|F. Murray Abraham as Salieri|
The movie won the Oscar for Best Picture in 1984. Wolfgang Amadeus Mozart was the greatest European artist ever to walk the earth, and he wrote divine music. The movie has a small but excellent sample of his work which punctuates the story in sublime ways.
The film is essentially about an Italian named Antonio Salieri, who was the court composer of Joseph II, Holy Roman Emperor in Vienna (perhaps the modern equivalent would be like being a movie director for Disney in LA - huge budget, large marketing apparatus, projects make money even if they suck). Salieri admired Mozart, an Austrian, from afar for his whole life. After he met Mozart, he became dangerously obsessed with him, sought to use his political influence to undermine him, cursed God and turned away from his faith because of him, and ultimately sought Mozart's death in a fit of jealous rage. Yet all the while, Salieri was just smart enough to know that Mozart was a genius, and Salieri's punishment was to witness it.
|Tom Hulce as Mozart|
Mozart's art was daring for the time. He took on projects no other artist could get away with, such as staging an opera in a Turkish harem, and another opera based on the book "The Marriage of Figaro" - which was at that time believed to undermine the common man's faith in monarchical rule. With the beheadings in France a few short years away ("Let them eat cake," etc), and the rise of the United States, all the courts of Europe were sensitive to anything that would incite the populace. Yet Mozart dared to tell the tale of Figaro through music - and got the Habsburg Emperor to pay for it! He was thinking way ahead of his time, envisioning the future of man and culture with his work.
Salieri? He was the Emperor's piano teacher. Back then, musician/composers made a living by teaching & tutoring, which Salieri did to fund his lifestyle and make connections. He explains how, in working with the Emperor, he "corrected the royal sight-reading" and "trained the royal ear." Then he said, "Actually, the man had no ear at all... But what did it matter? He loved my music!!!" (With a big smile and hugging himself.)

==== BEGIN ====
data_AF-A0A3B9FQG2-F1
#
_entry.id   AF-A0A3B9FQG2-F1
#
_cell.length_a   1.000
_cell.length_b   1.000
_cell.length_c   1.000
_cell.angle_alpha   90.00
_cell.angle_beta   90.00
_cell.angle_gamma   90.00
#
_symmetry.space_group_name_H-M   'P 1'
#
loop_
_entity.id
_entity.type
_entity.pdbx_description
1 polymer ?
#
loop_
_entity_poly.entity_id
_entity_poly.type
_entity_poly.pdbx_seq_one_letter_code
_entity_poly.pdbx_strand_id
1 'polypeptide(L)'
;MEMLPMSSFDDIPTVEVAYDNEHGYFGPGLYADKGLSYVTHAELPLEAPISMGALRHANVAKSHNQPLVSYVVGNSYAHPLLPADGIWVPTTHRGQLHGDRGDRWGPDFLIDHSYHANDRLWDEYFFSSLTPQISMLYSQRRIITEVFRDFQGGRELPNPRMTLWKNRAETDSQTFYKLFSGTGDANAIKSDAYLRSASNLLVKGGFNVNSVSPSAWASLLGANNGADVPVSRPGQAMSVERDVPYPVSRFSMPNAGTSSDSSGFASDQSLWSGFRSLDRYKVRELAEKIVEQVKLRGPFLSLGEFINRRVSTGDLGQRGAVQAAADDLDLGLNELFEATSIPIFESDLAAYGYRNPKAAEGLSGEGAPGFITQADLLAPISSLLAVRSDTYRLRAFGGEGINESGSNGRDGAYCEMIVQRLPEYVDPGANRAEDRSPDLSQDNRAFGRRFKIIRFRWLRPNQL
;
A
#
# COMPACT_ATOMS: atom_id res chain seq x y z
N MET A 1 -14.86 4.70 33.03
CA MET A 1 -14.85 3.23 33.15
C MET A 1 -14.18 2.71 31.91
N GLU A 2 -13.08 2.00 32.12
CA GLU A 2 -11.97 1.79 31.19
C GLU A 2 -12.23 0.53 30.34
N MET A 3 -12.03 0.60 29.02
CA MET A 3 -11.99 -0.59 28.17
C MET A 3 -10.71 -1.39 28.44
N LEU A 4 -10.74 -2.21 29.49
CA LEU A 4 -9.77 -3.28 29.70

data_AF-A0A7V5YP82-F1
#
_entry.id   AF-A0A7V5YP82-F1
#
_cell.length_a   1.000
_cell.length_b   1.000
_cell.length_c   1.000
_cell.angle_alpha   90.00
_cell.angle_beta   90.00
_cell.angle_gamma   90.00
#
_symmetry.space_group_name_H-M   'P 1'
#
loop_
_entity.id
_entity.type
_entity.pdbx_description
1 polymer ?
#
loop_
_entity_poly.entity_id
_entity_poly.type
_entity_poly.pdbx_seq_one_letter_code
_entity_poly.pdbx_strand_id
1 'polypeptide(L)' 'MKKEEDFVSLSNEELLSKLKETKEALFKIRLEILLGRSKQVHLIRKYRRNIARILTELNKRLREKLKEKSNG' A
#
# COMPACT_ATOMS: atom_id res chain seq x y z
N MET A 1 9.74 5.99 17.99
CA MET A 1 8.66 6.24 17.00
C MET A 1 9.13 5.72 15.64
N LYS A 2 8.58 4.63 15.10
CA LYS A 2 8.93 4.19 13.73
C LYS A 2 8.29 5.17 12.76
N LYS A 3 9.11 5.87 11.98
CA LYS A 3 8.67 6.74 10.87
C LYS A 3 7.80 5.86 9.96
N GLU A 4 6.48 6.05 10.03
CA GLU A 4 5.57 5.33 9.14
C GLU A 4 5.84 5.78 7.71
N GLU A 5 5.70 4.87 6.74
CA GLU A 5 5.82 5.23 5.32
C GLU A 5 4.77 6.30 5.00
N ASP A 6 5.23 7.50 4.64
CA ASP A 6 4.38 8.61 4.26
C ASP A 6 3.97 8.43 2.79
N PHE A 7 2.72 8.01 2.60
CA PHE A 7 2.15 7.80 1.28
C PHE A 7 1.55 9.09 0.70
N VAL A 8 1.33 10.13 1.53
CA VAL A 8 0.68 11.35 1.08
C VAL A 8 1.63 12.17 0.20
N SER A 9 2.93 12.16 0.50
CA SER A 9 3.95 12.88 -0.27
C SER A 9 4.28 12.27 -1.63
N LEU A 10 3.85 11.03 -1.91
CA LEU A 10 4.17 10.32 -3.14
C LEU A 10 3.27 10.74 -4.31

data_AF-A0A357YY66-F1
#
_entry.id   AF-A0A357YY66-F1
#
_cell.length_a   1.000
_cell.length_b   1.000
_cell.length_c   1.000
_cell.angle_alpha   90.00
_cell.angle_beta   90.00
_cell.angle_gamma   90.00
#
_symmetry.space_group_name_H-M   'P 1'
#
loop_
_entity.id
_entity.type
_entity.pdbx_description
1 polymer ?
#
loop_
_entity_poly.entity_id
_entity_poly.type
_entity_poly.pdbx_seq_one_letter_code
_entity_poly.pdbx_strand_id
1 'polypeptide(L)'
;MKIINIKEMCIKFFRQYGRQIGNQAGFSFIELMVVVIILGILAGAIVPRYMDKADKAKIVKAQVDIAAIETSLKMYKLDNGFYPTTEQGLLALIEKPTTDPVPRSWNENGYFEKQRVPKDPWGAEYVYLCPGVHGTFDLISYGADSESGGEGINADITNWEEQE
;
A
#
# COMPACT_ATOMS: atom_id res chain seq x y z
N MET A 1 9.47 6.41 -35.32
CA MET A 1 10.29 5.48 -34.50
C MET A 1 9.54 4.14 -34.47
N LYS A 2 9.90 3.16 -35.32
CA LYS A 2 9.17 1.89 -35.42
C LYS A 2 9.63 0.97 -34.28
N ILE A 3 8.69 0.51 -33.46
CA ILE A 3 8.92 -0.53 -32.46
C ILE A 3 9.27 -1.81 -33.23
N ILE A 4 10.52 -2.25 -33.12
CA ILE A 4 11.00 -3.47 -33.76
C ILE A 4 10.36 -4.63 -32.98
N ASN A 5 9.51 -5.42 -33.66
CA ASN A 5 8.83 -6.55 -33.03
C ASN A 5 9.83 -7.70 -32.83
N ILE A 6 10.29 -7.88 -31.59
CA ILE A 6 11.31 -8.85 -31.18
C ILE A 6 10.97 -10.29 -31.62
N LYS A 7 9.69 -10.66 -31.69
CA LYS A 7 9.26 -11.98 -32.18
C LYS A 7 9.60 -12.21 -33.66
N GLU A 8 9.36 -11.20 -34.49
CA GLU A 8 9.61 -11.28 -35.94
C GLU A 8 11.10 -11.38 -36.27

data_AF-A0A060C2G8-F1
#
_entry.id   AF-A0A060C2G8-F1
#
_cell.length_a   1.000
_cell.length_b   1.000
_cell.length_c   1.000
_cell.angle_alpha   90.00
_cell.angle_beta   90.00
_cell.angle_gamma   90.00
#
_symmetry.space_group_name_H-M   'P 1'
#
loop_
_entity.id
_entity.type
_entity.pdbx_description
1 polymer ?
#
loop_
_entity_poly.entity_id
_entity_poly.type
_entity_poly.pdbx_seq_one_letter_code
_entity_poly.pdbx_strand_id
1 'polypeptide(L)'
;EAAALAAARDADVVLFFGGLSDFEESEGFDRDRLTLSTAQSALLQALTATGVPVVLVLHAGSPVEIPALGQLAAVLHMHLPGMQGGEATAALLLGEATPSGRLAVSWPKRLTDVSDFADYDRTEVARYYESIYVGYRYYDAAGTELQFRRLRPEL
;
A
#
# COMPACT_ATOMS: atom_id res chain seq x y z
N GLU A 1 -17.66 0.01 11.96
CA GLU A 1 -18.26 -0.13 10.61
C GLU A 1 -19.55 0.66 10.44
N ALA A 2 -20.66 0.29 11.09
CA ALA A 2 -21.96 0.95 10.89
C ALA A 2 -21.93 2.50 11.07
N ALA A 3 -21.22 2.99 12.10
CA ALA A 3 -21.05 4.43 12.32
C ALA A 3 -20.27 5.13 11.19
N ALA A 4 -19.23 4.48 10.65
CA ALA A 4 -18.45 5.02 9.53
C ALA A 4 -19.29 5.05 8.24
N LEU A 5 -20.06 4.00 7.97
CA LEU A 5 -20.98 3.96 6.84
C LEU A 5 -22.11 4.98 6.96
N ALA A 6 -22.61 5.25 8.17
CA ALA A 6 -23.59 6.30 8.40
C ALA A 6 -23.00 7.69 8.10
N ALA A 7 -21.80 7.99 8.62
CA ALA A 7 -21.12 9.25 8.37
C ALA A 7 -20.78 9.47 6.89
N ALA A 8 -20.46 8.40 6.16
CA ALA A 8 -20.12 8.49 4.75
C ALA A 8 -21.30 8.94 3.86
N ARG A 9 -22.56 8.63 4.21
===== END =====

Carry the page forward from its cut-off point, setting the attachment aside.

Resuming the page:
I'd bet that 99 out of 100 people in Hollywood are just like Salieri. People who are in show business and getting paid well for it - celebrities - are dying for praise and admiration. It is wind in their sails, air in their lungs, cool water on their steaming hot day. The other thing that you observe from watching is that Salieri, while a decent but unremarkable composer, is a very talented courtier. He has the gift of gab, and he knows how to make money and influence important people. So his power and influence has everything to do with his political skills, as opposed to his talent as a composer. Yet he has the vanity to believe that he deserves from God the ability that God has given Mozart. He prayed to God fervently, handed over his "chastity" to God as a young man, and in return, he expected God to give him amazing talent. You don't make deals with God - you can only come to God on God's terms, not your own. You make deals with the devil.
And that is where the story really gets deep and complex. When I watch "Amadeus" again and again, it becomes for me a reflection of the struggle between good and evil in modern man's heart. Mozart represents God - untouchable, yet available to all; full of hope, joy, love, and playfulness; capable of surprise yet always willing to forgive if you meet him halfway. He is the creative force in the universe. Salieri represents the devil - full of lust for power, influence, money, acclaim. Sensitive and vain. Wants to destroy anything that makes him feel inferior or less adored. Does not come close to God in the least. He is a mere shadow - yet he is there always, tempting us with money and power, pushing us to leave our virtue and our ideals behind and turn away from God.
A metaphor I like to ponder on, particularly when I am walking in the woods, is that a man is like a tree, while the devil is like the weeds. The tree is born good, beautiful, strong; it provides shade, rest, comfort, and air to breathe. It has roots deep in the ground. Weeds seem like no match for a tree; they are ugly and twisted with shallow roots. Yet if you walk around a forest enough, you can see places where weeds & vines grow so large that they wrap themselves around a tree and choke it, pulling it down to the ground. If you are not careful to pull out those weeds regularly and keep the area around the tree clean, eventually the weeds will overcome the tree.
Any artist who has been blessed with great gifts will face this crossroads at one time or another in his career. He will have to choose whether he will take the path of Mozart or Salieri. Now - I do not believe that this choice is between Money and No Money, or Success and No Success; to suggest that is in itself a choice. An artist must define for himself what "Money" and "Success" means within the context of his own life. Keep in mind as well that some of the world's greatest artists were unknown while they were alive. If your concern is the pursuit of Truth and Beauty, then you must choose. Will you live in the light? Will you rest on your pillow and sleep soundly knowing that you can live with the choices you make? I think a lot about these things...